The molecular mechanisms leading to resistance to PD-1 blockade are largely unknown. Here, we characterize tumor biopsies from a patient with melanoma who displayed heterogeneous responses to anti-PD-1 therapy. We observe that a resistant tumor exhibited a loss-of-function mutation in the tumor suppressor gene FBXW7, whereas a sensitive tumor from the same patient did not. Consistent with a functional role in immunotherapy response, inactivation of Fbxw7 in murine tumor cell lines caused resistance to anti-PD-1 in immunocompetent animals. Loss of Fbxw7 was associated with altered immune microenvironment, decreased tumor-intrinsic expression of the double-stranded RNA (dsRNA) sensors MDA5 and RIG1, and diminished induction of type I IFN and MHC-I expression. In contrast, restoration of dsRNA sensing in Fbxw7-deficient cells was sufficient to sensitize them to anti-PD-1. Our results thus establish a new role for the commonly inactivated tumor suppressor FBXW7 in viral sensing and sensitivity to immunotherapy. SIGNIFICANCE: Our findings establish a role of the commonly inactivated tumor suppressor FBXW7 as a genomic driver of response to anti-PD-1 therapy. Fbxw7 loss promotes resistance to anti-PD-1 through the downregulation of viral sensing pathways, suggesting that therapeutic reactivation of these pathways could improve clinical responses to checkpoint inhibitors in genomically defined cancer patient populations.This article is highlighted in the In This Issue feature, p. 1241.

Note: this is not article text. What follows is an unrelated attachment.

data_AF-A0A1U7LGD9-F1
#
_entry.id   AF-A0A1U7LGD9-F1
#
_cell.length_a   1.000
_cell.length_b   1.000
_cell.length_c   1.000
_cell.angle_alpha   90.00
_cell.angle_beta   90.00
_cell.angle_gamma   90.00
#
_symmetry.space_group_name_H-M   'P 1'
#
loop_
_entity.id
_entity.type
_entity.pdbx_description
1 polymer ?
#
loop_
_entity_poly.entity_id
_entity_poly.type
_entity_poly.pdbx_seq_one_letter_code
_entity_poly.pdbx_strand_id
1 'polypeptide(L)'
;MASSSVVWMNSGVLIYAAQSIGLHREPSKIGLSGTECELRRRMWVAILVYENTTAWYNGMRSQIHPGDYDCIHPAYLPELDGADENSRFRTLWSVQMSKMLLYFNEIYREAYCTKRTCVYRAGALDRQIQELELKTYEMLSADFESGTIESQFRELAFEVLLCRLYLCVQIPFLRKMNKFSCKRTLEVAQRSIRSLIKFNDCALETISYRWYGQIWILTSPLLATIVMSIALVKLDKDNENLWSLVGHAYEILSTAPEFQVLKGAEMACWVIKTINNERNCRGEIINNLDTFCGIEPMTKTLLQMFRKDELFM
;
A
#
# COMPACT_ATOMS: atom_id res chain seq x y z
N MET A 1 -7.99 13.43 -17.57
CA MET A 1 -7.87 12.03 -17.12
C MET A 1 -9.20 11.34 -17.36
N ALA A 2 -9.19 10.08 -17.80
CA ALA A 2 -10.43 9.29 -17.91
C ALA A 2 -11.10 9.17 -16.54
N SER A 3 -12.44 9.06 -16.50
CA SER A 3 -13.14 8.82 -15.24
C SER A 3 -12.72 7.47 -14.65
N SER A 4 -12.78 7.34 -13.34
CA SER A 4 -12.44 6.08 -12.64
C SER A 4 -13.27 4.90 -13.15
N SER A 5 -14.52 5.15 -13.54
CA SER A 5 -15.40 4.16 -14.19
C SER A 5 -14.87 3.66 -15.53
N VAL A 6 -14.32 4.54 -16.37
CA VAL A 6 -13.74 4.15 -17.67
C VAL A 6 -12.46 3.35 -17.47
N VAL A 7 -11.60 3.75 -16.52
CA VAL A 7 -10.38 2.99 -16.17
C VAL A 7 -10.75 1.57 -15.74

©2020 American Association for Cancer Research.